Online Syndicates and Startup Investment

Christian Catalini, Xiang Hui

NBER Working Paper No. 24777
Issued in June 2018
NBER Program(s):Productivity, Innovation, and Entrepreneurship

Early crowdfunding platforms were based on a premise of complete disintermediation from traditional experts. This approach becomes problematic when equity is involved because of asymmetric information between entrepreneurs and investors. Moreover, it favors regions that already attract a disproportionate share of capital offline. We find that the introduction of intermediaries through online syndicates reverses this trend, leading to a large 33% increase in capital flows to new regions. At the same time, this "democratization effect" relies on the presence of intermediaries with professional networks that can bridge these new regions with California. Evidence from a large-scale field experiment with over 26,000 investors corroborates the idea that social networks constitute a key friction to additional democratization, since they shape how online investors screen and evaluate intermediaries. Intermediaries use their reputation to vouch for high potential startups that would otherwise be misclassified because of information asymmetry. This allows them to arbitrage opportunities across regions and shift capital flows to startups from new regions that are 36.9% more likely to generate above median returns. We discuss implications for the design of equity crowdfunding platforms.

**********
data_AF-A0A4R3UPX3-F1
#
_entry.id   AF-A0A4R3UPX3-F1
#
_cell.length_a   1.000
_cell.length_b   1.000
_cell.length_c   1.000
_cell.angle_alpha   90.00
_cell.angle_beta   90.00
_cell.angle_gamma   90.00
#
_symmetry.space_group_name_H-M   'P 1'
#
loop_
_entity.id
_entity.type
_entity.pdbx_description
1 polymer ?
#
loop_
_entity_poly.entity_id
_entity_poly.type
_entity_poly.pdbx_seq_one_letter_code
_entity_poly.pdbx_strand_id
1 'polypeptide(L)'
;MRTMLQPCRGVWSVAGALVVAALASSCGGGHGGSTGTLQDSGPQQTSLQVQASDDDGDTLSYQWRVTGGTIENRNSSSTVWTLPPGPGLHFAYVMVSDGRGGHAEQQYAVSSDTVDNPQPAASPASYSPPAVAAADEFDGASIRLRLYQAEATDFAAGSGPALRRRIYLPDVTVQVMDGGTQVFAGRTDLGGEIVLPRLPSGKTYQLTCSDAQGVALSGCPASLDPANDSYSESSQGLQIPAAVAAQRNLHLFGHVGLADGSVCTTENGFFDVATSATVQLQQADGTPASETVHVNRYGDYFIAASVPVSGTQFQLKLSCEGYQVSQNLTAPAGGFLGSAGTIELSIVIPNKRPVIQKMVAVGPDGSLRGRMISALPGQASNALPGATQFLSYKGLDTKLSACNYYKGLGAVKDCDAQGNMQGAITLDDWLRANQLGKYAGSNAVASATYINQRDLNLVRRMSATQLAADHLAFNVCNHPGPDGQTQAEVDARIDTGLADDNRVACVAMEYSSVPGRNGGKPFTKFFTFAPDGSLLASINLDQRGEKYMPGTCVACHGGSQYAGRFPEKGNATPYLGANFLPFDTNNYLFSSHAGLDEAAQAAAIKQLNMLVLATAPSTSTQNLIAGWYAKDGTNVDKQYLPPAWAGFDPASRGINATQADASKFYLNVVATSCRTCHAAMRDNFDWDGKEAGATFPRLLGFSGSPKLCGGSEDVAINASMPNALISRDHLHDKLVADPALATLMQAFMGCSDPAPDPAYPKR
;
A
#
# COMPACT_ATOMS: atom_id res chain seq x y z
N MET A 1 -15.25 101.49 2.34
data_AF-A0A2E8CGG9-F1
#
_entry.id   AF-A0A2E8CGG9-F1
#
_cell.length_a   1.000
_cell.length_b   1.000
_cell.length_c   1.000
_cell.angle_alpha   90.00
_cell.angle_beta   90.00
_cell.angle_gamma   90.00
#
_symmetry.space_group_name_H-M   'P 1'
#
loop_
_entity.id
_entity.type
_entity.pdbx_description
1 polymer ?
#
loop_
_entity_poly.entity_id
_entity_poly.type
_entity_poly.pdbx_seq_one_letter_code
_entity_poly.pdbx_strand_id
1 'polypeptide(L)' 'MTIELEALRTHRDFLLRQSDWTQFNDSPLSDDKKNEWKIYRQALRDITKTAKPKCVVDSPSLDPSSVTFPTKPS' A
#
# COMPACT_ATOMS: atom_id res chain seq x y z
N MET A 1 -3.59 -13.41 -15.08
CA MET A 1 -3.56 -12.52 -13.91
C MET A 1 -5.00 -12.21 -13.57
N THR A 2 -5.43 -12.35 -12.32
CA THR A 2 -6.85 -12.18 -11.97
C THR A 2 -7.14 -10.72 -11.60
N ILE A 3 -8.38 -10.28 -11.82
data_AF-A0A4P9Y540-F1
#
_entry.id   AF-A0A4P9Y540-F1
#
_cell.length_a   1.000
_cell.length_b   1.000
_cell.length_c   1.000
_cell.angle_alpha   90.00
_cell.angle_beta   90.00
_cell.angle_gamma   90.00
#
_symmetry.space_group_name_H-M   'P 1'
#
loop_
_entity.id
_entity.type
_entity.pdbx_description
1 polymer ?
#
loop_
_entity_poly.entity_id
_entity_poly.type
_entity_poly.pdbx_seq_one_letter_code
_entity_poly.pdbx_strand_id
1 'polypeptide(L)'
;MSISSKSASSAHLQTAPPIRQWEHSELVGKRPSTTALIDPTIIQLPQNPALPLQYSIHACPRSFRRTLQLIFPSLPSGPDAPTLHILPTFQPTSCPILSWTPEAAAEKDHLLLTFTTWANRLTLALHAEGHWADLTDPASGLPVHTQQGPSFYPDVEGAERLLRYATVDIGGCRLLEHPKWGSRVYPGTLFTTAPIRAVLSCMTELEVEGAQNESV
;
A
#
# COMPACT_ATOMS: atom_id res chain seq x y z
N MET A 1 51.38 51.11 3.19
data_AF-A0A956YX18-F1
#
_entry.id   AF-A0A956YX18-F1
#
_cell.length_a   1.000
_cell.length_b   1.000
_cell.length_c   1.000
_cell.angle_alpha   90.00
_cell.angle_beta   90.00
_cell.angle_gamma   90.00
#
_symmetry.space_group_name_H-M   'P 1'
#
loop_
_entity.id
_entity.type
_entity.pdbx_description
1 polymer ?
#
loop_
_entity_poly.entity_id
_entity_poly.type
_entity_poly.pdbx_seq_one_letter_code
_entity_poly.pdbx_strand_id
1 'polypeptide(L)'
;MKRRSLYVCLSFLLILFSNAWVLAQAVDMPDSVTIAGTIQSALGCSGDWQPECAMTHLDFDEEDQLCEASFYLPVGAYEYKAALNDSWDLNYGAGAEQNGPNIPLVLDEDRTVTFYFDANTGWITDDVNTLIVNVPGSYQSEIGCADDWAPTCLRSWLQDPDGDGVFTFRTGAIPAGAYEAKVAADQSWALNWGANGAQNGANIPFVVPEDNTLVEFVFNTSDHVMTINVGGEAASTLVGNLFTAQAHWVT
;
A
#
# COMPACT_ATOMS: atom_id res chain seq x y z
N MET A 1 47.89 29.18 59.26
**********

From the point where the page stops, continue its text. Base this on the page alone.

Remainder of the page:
You may purchase this paper on-line in .pdf format from ($5) for electronic delivery.

Access to NBER Papers

You are eligible for a free download if you are a subscriber, a corporate associate of the NBER, a journalist, an employee of the U.S. federal government with a ".GOV" domain name, or a resident of nearly any developing country or transition economy.

If you usually get free papers at work/university but do not at home, you can either connect to your work VPN or proxy (if any) or elect to have a link to the paper emailed to your work email address below. The email address must be connected to a subscribing college, university, or other subscribing institution. Gmail and other free email addresses will not have access.


Machine-readable bibliographic record - MARC, RIS, BibTeX

Document Object Identifier (DOI): 10.3386/w24777

NBER Videos

National Bureau of Economic Research, 1050 Massachusetts Ave., Cambridge, MA 02138; 617-868-3900; email:

Contact Us